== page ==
Joan Didion was born in California and lives in New York City. She’s best known for her novels and her literary journalism.
Her novels and essays explore the disintegration of American morals and cultural chaos, where the overriding theme is individual and social fragmentation. A sense of anxiety or dread permeates much of her work.
‘An act of consummate literary bravery, a writer known for her clarity allowing us to watch her mind as it becomes clouded with grief.’
From one of America’s iconic writers, a stunning book of electric honesty and passion. Joan Didion explores an intensely personal yet universal experience: a portrait of a marriage–and a life, in good times and bad–that will speak to anyone who has ever loved a husband or wife or child.
Several days before Christmas 2003, John Gregory Dunne and Joan Didion saw their only daughter, Quintana, fall ill with what seemed at first flu, then pneumonia, then complete septic shock. She was put into an induced coma and placed on life support. Days later–the night before New Year’s Eve–the Dunnes were just sitting down to dinner after visiting the hospital when John Gregory Dunne suffered a massive and fatal coronary. In a second, this close, symbiotic partnership of forty years was over. Four weeks later, their daughter pulled through. Two months after that, arriving at LAX, she collapsed and underwent six hours of brain surgery at UCLA Medical Center to relieve a massive hematoma.
This powerful book is Didion’s attempt to make sense of the “weeks and then months that cut loose any fixed idea I ever had about death, about illness . . . about marriage and children and memory . . . about the shallowness of sanity, about life itself.”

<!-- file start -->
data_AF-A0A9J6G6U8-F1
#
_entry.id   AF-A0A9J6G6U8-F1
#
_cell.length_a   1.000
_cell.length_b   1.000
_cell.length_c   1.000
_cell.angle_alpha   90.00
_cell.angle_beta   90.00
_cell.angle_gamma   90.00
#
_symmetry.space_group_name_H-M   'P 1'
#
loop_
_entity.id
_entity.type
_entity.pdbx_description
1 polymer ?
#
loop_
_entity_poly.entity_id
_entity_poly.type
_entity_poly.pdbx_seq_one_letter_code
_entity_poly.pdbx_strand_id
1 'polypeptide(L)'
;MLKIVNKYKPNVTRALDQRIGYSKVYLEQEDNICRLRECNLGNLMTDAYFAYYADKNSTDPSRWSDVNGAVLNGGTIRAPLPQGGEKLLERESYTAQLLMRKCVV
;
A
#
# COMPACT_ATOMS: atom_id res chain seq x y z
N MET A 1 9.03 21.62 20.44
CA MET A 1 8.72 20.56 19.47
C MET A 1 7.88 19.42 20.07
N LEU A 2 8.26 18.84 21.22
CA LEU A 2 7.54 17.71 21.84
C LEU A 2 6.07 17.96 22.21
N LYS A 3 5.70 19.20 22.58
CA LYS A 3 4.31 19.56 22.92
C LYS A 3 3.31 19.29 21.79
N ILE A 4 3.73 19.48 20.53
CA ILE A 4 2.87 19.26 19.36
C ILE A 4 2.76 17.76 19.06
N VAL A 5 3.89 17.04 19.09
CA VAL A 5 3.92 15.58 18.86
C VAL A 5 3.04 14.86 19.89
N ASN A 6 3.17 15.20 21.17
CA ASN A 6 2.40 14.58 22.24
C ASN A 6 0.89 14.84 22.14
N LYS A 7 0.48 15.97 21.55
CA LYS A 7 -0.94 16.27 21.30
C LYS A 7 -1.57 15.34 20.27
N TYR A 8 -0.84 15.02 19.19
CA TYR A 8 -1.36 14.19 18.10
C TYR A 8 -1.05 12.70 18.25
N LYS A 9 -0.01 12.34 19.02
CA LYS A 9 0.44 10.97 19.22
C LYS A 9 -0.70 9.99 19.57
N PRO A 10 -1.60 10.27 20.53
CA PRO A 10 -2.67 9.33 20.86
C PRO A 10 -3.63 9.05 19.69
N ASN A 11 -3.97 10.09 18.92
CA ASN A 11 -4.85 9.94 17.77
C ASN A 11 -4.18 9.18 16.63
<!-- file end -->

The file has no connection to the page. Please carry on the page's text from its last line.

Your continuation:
A ruthless dissection of American life in the late 1960s, Play It as It Lays captures the mood of an entire generation, the ennui of contemporary society reflected in spare prose that blisters and haunts the reader. Set in a place beyond good and evil – literally in Hollywood, Las Vegas, and the barren wastes of the Mojave Desert, but figuratively in the landscape of an arid soul – it remains more than three decades after its original publication a profoundly disturbing novel, riveting in its exploration of a woman and a society in crisis and stunning in the still-startling intensity of its prose.
I closed the box and put it in a closet.
There is no real way to deal with everything we lose.
You have to pick the places you don’t walk away from.
I write entirely to find out what I’m thinking, what I’m looking at, what I see and what it means. What I want and what I fear.
Innocence ends when one is stripped of the delusion that one likes oneself.
A single person is missing for you, and the whole world is empty.